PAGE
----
Kilkenny hold their nerve in a thriller
All-Ireland champions forced to win game three times as Waterford dig deep
Richie Power’s penalty raises the green flag at Semple Stadium. Photograph: Lorraine O’Sullivan/Inpho
Kilkenny 1-22 Waterford 2-16
(After extra-time, Kilkenny 1-12 Waterford 0-15 after normal time)
Brian Cody is pulled from the debris of shattered bodies and broken wooden stakes with that calm glow of satisfaction normally reserved for their greatest All-Ireland victories. The only sense in all this now is that it makes no sense at all, that it’s looking less and less like the end of this Kilkenny team as it does another beginning.
They’re into the last six, more battle-hardened than ever, more fearless and fearsome too, and now they get a two-week breather before taking up arms again. They mightn’t be invincible anymore but suddenly the All-Ireland champions have never looked more unstoppable.
Cody knows it too – having seen on Saturday night the how and the why his team managed to win this game not once or twice but three times, after Waterford refused to lay down their hurls until the death, leaving every one of us in attendance at Semple Stadium rubbing our eyes in utter disbelief.
Kilkenny found the big players when they needed them most. In a game with constantly evolving starring roles, from Richie Hogan and Colin Fennelly to Waterford’s Kevin Moran and Darragh Fives, and a couple of impossibly unpredictable turning points, it didn’t just come down to the team who wanted it more, but the team who could handle the adversity, and Kilkenny won both those battles with such brilliant determination that it must rank amongst their finest wins.
“It’s not about what we’ve achieved in the past at all,” said Cody. “The past now is just a memory. It’s not even a memory to me at all, it’s just something that happened one time. I think the hallmark of the team is very much that they always go out and work very, very honestly and play the game in a real genuine way. But all I can say is we’ll still have to improve . . .”
Rode their luck
Kilkenny weren’t perfect here, but Waterford rode their luck a bit in dragging it all out as long as they did – especially given the fact it all looked to be done and dusted after 70-odd minutes, as Mathew Ruth looked to have shot the late winner for Kilkenny – when in fact referee James Owens had blown for time, a split second before.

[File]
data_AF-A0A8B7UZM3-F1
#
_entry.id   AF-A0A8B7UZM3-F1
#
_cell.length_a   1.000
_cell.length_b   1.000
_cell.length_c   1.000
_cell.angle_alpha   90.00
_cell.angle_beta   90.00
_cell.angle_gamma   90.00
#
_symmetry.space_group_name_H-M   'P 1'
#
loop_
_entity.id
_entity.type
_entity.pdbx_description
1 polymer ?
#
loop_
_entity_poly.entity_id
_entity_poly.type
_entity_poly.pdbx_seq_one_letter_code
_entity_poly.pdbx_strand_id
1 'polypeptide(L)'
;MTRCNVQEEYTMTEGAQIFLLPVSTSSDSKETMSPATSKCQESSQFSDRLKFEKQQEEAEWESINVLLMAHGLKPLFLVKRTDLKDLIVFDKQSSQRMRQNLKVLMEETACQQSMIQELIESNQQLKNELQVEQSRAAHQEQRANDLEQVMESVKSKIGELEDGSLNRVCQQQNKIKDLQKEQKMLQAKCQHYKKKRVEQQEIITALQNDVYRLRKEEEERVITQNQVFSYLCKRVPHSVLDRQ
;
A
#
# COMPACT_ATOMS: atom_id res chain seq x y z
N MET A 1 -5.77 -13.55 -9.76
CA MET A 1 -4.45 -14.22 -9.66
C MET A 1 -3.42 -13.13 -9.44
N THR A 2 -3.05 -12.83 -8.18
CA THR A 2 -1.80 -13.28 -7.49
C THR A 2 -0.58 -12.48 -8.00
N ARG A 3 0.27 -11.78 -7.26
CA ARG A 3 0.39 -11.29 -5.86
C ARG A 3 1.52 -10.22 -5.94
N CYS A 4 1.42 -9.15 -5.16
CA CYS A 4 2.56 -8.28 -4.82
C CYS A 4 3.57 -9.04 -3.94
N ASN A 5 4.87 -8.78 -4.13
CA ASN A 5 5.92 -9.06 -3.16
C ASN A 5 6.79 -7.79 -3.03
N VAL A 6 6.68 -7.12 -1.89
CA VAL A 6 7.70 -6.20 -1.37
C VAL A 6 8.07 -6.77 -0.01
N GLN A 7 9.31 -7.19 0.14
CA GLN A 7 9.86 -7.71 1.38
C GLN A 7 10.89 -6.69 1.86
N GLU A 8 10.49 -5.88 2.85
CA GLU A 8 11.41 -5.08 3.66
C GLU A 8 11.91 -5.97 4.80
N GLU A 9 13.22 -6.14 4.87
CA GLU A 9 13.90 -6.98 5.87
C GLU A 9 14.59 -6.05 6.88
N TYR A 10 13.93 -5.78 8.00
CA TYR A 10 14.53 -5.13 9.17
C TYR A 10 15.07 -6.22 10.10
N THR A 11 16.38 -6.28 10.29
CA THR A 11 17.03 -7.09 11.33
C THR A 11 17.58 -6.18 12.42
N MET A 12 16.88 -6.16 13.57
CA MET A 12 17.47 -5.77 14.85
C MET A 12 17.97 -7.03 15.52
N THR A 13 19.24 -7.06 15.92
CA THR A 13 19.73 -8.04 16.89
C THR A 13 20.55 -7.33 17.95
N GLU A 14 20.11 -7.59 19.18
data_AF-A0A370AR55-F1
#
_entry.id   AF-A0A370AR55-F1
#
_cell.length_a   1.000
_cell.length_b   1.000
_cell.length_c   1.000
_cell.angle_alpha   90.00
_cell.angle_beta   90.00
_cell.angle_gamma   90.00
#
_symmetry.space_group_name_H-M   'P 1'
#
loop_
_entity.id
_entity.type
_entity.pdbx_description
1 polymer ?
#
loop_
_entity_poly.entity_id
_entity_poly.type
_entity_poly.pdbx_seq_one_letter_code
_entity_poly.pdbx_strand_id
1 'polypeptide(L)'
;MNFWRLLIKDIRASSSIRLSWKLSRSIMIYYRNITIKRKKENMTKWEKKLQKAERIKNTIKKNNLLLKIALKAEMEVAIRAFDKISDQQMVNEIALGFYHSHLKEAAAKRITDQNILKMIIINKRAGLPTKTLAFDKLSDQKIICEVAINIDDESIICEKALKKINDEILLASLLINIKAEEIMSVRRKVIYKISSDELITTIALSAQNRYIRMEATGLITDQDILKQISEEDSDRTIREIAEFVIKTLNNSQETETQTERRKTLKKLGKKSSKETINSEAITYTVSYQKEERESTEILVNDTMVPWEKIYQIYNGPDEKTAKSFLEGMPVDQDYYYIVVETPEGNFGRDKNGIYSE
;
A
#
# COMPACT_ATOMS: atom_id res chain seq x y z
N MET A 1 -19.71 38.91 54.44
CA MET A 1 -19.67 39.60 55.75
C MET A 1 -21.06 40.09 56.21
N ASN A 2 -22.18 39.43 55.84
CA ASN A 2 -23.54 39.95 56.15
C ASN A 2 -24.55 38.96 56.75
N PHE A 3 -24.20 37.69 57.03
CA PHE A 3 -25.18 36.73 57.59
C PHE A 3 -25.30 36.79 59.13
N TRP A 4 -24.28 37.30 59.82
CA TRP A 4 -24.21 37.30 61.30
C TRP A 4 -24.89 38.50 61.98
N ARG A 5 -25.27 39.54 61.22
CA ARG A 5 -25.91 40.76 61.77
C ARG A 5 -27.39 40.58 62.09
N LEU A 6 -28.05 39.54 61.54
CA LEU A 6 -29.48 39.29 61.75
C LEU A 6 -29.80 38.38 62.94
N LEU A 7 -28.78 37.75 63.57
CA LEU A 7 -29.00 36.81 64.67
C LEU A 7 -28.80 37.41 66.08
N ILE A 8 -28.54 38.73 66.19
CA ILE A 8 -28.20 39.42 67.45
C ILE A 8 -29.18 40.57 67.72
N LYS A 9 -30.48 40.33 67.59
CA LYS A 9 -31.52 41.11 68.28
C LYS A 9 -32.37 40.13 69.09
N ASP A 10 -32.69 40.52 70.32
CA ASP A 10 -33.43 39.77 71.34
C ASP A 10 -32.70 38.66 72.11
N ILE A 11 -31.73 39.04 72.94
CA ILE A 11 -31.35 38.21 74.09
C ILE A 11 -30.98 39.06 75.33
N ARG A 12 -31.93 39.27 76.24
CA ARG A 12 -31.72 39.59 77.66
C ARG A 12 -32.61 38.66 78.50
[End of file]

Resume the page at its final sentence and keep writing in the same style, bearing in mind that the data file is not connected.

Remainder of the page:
“All I know is we had a ball and I was sure it was going over the bar,” said Cody. “I don’t know when the whistle blew, I couldn’t hear it. But I was certain, obviously, we had won the game and then the lads said ‘it’s a draw’ and I said ‘okay, it’s a draw, that’s it . . .’
“But back in the dressing-room it was fine because excuses were banished from the dressing-room a long, long time ago. Any kind of a mental dip, or less than proper body language, and you’re handing over a phenomenal advantage to the opposition, and that would be a very, very silly thing to do. It could flatten a team . . .”
Yet it seemed then, having hit the last five points of normal time to draw level (the last from the impeccable Kevin Moran), the advantage was firmly with Waterford – especially given Kilkenny’s four games back-to-back to get here. Instead, Kilkenny hit the first five points of extra-time, and looked set to win it .
Then Waterford produced two goals before the end, and again inflicting some major psychological damage: first, Séamus Prendergast flicked off to Jake Dillon for a close-range goal; then, when Maurice Shanahan’s 20-metre free was saved, up popped substitute Ray Barry to slam the ball into the Kilkenny net, and so they were level again with two minutes of extra-time to play.
But as if on cue points from Colin Fennelly, Matthew Ruth, and Aidan Fogarty brought Kilkenny home, and yes deservedly so. Earlier, Richie Power’s penalty initially fooled the umpires, and only after the Kilkenny players objected, did Owens consul with his umpires, who agreed the goal was indeed a goal, as Power’s shot had rebounded off the stanchion.
Henry Shefflin played the last 20 minutes of normal time, and he’ll be a fitter, more productive player in the quarter-final, too. Indeed as hard as Waterford tried to wear them down, Kilkenny actually finished far stronger.
“Freshness!” joked Cody. “I suppose the game opened up very much then. Obviously a huge amount of effort and work had gone into the preceding 72 or 73 minutes from both teams, and the physicality maybe went a small bit out of it. But again we dug savage deep.”